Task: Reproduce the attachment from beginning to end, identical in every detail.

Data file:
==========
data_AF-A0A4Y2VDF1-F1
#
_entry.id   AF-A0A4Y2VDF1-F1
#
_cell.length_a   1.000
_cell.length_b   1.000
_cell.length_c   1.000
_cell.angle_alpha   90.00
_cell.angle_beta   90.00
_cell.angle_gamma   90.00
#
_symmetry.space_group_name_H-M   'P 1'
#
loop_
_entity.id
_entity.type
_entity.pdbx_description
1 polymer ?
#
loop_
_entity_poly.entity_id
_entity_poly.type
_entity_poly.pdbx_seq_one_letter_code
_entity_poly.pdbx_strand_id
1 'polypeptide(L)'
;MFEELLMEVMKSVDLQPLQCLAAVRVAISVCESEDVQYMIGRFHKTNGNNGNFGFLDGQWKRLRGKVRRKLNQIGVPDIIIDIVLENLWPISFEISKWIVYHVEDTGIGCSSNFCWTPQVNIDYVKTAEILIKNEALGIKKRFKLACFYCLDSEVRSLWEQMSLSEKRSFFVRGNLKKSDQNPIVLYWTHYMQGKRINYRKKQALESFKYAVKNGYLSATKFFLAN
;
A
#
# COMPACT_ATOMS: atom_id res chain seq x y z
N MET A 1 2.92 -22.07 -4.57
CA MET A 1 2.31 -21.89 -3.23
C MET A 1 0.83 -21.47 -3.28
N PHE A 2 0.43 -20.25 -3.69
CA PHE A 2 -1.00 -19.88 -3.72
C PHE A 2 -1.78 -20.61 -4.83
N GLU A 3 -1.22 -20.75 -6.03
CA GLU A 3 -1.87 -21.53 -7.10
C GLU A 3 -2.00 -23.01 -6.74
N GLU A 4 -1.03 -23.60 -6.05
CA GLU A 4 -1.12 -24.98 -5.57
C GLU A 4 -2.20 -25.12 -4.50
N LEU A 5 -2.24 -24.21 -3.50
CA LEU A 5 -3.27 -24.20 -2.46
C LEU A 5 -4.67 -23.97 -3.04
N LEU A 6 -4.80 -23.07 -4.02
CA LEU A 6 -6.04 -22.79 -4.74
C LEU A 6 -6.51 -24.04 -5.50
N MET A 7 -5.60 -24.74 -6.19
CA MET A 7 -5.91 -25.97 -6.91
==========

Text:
data_AF-A0A4Y2VDF1-F1
#
_entry.id   AF-A0A4Y2VDF1-F1
#
_cell.length_a   1.000
_cell.length_b   1.000
_cell.length_c   1.000
_cell.angle_alpha   90.00
_cell.angle_beta   90.00
_cell.angle_gamma   90.00
#
_symmetry.space_group_name_H-M   'P 1'
#
loop_
_entity.id
_entity.type
_entity.pdbx_description
1 polymer ?
#
loop_
_entity_poly.entity_id
_entity_poly.type
_entity_poly.pdbx_seq_one_letter_code
_entity_poly.pdbx_strand_id
1 'polypeptide(L)'
;MFEELLMEVMKSVDLQPLQCLAAVRVAISVCESEDVQYMIGRFHKTNGNNGNFGFLDGQWKRLRGKVRRKLNQIGVPDIIIDIVLENLWPISFEISKWIVYHVEDTGIGCSSNFCWTPQVNIDYVKTAEILIKNEALGIKKRFKLACFYCLDSEVRSLWEQMSLSEKRSFFVRGNLKKSDQNPIVLYWTHYMQGKRINYRKKQALESFKYAVKNGYLSATKFFLAN
;
A
#
# COMPACT_ATOMS: atom_id res chain seq x y z
N MET A 1 2.92 -22.07 -4.57
CA MET A 1 2.31 -21.89 -3.23
C MET A 1 0.83 -21.47 -3.28
N PHE A 2 0.43 -20.25 -3.69
CA PHE A 2 -1.00 -19.88 -3.72
C PHE A 2 -1.78 -20.61 -4.83
N GLU A 3 -1.22 -20.75 -6.03
CA GLU A 3 -1.87 -21.53 -7.10
C GLU A 3 -2.00 -23.01 -6.74
N GLU A 4 -1.03 -23.60 -6.05
CA GLU A 4 -1.12 -24.98 -5.57
C GLU A 4 -2.20 -25.12 -4.50
N LEU A 5 -2.24 -24.21 -3.50
CA LEU A 5 -3.27 -24.20 -2.46
C LEU A 5 -4.67 -23.97 -3.04
N LEU A 6 -4.80 -23.07 -4.02
CA LEU A 6 -6.04 -22.79 -4.74
C LEU A 6 -6.51 -24.04 -5.50
N MET A 7 -5.60 -24.74 -6.19
CA MET A 7 -5.91 -25.97 -6.91